Riverine and Estuarine Carbon Export to the Coastal Ocean (RECECO), Northern Gulf of Mexico
Rivers and estuaries are important carbon sources and sinks for the coastal ocean. The export of particulate and dissolved organic carbon from estuaries can be important to coastal food webs, and inorganic carbon exports from rivers control a significant part of the air-water CO2 fluxes related to the atmospheric and changing global carbon budgets. The Mississippi River (MR) exports a large carbon load to the Gulf of Mexico (GOM) and provides >95% of freshwater entering the Gulf. This river also supplies nutrients to local deltaic estuaries, such as Barataria Bay (BB), where phytoplankton growth may be very high due to river inputs at the mouth of the estuary. This 'new' phytoplankton production can mean that the estuary functions as a carbon sink, especially when new phytoplankton carbon is exported offshore. There are, however, few estimates of whether the northern GOM estuaries are a net carbon source or sink. We propose studying carbon export dynamics and transformations in the MR and BB, addressing three hypotheses:
1) The BB is a net sink for atmospheric CO2 on an annual basis, but may be a seasonal source of CO2 during some months.
2) The MR is a net source of atmospheric CO2 on an annual basis, with seasonal highs and lows that are related to fluctuations in temperature and turbidity.
3) The BB and the MR each export about the same amount of labile organic carbon to the coastal ocean.
Modeling. The modeling objectives are:
(1) to examine spatial and temporal changes in estuarine DOC, POC and DIC using a high resolution coupled 2-dimensional hydrodynamic-biological model, and
(2) to calculate DOC, POC and DIC fluxes through the BB passes. To accomplish the objectives, we will synthesize existing data within the first year to define DIC, DOC and POC gradients in the estuary and produce estimates of average C outwelling from BB and the MR. In year 2, we will parameterize and nest a carbon model within our hydrodynamic model to test effects of storms on outwelling.
Field work. The field work objectives are:
(1) to document CO2 source/sink relationships in different seasons for BB and the MR, and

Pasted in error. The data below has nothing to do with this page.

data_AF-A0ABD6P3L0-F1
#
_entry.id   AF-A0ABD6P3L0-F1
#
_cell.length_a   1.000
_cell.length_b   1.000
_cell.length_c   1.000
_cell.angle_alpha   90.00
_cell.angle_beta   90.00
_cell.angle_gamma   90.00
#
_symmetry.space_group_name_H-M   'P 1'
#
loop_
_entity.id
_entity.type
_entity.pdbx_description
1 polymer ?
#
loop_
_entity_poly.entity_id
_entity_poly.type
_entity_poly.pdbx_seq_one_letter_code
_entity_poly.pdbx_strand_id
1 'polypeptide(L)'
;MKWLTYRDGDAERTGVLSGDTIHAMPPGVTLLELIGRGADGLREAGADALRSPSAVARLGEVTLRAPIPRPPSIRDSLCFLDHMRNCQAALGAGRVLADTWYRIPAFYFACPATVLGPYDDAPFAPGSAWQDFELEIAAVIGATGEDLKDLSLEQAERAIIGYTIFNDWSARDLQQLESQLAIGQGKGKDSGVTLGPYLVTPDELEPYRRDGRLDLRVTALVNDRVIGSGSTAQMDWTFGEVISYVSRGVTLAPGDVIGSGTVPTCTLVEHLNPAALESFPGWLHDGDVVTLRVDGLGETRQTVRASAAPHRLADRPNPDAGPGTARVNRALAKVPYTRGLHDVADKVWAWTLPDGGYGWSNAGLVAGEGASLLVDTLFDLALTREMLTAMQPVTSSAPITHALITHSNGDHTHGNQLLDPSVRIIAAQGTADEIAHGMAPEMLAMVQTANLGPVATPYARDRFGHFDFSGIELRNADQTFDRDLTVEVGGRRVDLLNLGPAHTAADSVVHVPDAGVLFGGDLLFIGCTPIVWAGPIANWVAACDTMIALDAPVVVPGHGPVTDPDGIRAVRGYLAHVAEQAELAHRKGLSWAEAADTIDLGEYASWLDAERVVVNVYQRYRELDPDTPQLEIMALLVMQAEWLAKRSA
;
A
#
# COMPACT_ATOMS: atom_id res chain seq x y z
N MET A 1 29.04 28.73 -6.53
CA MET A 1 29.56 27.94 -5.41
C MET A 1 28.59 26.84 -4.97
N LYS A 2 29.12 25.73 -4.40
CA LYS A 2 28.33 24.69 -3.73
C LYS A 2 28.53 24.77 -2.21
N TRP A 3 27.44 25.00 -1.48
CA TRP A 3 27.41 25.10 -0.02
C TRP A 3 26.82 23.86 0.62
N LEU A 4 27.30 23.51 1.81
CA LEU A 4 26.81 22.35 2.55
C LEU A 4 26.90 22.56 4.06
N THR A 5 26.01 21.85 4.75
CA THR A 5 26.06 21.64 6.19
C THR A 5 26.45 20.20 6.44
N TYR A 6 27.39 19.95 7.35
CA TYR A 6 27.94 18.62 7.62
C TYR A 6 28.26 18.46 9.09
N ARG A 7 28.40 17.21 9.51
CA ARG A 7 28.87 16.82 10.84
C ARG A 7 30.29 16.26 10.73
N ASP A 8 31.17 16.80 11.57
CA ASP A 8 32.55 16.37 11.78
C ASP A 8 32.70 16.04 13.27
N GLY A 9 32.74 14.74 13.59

(2) to document seasonal changes in organic matter production and lability. To accomplish these objectives, we will conduct 6 extended transect studies across the 2 years, with each extended transect encompassing 2 or more days of field work to measure C gradients and C process rates. Transect stations will be mostly the 18 long-term stations that start at Barataria Pass where 40-50% of water exchange occurs with the coastal ocean. Six to ten new stations will be added to the east of this transect to study marsh influences and outwelling at other important passes. The quarterly field studies in year 1 target known strong seasonal changes in the ecosystem; two additional extended transects will be done in year 2 to further study seasons (likely winter and summer) that show most contrast in C dynamics.
We have the following milestones, listed by quarter (Q1-8), for 2 years:
Q1: Initial winter transect; start lability experiments; first Annual Report due early May
Q2: Spring transect, synthesis of historical transect data, develop C model modules
Q3: Summer transect, synthesis continues as does development of C modules
Q4: Fall transect, synthesis continues, summary of 2010 water year and hydrology
Q5: Second winter transect, second Annual Report due in early May, Carbon Workshop hosted as part of 2011 Annual NGI meeting
Q6: Calculate export fluxes with calibrated model
Q7: Second summer transect, integrate carbon process modules with hydrology model, conclude carbon lability experiments
Q8: Write Manuscript(s)
Brian Fry, Department of Oceanography and Coastal Sciences, Louisiana State University
Dubravko Justic, Department of Oceanography and Coastal Sciences, Louisiana State University
Eugene Turner, Department of Oceanography and Coastal Sciences, Louisiana State University
Collaborators and Partners
Department of Oceanography and Coastal Sciences, Louisiana State University
AOML : Atlantic Oceanographic and Meteorological Laboratory, NOAA